Rangel Walks Out On Own Corruption Hearing

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Rangel and Lawyers Split, and So Did He

After pleading with a House panel to delay his long-awaited trial on corruption charges, Rep. Charles B. Rangel (D-N.Y.) abruptly left the proceedings after he told the House ethics committee that he needed more time to raise monies for his legal defense, since his legal reps quit last month.

Rangel’s troubles began in 2008 amid reports that he failed to file reports on assets, failed to pay income taxes on rental property, violated rent-control laws on his housing in New York, and used his congressional office to raise funds for a college building named in his honor. The House Committee on Standards of Official Conduct charged him in July with 13 counts of ethics violations.

The trial was the first of its kind since 2002. The committee conducted a 21- month investigation including the interview of at least 50 witnesses. The last time the committee had independently investigated charges and held hearings on lawmaker misconduct was in 1987, making the current proceedings a high-profile event.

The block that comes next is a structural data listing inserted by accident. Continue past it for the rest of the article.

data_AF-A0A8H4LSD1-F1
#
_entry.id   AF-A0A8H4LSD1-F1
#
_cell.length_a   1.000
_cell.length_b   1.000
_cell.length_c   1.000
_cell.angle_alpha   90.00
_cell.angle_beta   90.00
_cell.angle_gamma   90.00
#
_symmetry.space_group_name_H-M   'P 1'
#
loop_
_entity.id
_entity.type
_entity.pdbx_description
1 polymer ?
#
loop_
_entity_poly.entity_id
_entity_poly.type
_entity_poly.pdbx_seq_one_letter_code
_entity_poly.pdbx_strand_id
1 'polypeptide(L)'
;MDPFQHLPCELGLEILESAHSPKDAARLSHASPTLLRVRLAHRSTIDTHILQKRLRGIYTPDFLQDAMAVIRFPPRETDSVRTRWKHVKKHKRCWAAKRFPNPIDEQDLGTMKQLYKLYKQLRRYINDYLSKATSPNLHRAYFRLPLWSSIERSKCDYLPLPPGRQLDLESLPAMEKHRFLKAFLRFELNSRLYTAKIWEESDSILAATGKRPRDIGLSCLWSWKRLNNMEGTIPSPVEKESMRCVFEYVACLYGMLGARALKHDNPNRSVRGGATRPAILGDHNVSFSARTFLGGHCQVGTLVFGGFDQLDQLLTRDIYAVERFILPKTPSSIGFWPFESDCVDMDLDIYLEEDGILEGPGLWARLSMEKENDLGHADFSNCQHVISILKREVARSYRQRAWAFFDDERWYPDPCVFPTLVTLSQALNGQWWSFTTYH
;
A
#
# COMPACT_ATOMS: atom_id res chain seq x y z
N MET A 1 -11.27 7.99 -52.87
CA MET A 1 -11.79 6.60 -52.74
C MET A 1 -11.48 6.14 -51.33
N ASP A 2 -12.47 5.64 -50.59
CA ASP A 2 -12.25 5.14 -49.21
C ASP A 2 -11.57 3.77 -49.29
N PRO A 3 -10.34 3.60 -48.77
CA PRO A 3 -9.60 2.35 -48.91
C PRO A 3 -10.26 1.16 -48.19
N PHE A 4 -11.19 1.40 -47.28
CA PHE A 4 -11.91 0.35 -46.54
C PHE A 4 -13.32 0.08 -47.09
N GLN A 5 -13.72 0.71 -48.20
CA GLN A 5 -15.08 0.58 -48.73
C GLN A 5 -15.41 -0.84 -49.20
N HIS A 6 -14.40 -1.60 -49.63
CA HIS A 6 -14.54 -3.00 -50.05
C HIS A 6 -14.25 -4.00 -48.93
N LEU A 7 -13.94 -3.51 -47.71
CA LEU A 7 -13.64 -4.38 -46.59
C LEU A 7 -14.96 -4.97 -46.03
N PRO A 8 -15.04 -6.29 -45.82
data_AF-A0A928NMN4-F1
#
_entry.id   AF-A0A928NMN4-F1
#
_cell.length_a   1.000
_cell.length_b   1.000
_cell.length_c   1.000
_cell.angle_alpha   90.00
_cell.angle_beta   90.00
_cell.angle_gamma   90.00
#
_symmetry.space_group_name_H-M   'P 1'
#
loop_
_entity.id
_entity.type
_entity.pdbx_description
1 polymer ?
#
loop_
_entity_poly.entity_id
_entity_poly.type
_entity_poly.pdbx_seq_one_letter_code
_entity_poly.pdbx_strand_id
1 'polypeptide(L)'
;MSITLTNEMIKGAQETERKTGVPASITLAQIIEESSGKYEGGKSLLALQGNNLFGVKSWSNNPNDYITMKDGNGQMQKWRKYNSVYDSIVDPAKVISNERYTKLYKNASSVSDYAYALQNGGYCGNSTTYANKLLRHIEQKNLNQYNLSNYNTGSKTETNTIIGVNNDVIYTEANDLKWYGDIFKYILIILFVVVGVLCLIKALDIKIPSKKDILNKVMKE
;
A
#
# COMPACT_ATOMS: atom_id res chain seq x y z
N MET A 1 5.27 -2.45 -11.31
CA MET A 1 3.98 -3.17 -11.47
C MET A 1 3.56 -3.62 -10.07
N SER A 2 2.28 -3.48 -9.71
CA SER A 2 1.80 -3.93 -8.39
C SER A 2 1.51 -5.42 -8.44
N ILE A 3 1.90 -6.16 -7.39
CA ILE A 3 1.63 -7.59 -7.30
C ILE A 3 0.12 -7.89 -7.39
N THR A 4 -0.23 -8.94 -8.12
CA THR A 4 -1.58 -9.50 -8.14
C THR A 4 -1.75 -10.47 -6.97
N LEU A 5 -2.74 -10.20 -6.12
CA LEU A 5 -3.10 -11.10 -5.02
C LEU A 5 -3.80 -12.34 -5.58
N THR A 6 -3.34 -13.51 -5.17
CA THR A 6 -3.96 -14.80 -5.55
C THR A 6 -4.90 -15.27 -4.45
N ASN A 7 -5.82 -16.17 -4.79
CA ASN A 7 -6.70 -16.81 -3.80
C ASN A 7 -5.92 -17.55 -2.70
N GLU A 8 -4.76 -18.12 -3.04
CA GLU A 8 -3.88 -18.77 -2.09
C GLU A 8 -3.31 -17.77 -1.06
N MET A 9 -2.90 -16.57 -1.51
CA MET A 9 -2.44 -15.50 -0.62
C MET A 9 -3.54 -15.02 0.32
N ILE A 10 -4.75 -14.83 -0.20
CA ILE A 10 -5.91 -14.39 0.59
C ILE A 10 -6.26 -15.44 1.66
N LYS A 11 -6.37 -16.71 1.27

Rangel and his law firm, Zuckerman Spaeder LLP, parted ways in October during the final preparation work for the trail. The lawyers had already been paid $1.4 million but reportedly quit when advised that Rangel had depleted his campaign accounts and was not prepared to use to personal assets to pay for his defense.

As a member of Congress, Rangel could not accept pro bono defense work from a law firm, since it would be considered a gift, which would be illegal. Rangel asked the committee for more time so that he could launch a legal defense campaign, but the committee decided that it had already been delayed enough.

Since Rangel will not be presenting a defense to the charges, a verdict from the committee is likely to be forthcoming quickly. If he is found guilty, observers say the harshest punishment may only be a public reprimand. While some critics have asked for Rangel’s resignation from Congress, he has already issued a statement the he will refuse to resign.

Wall Street Journal

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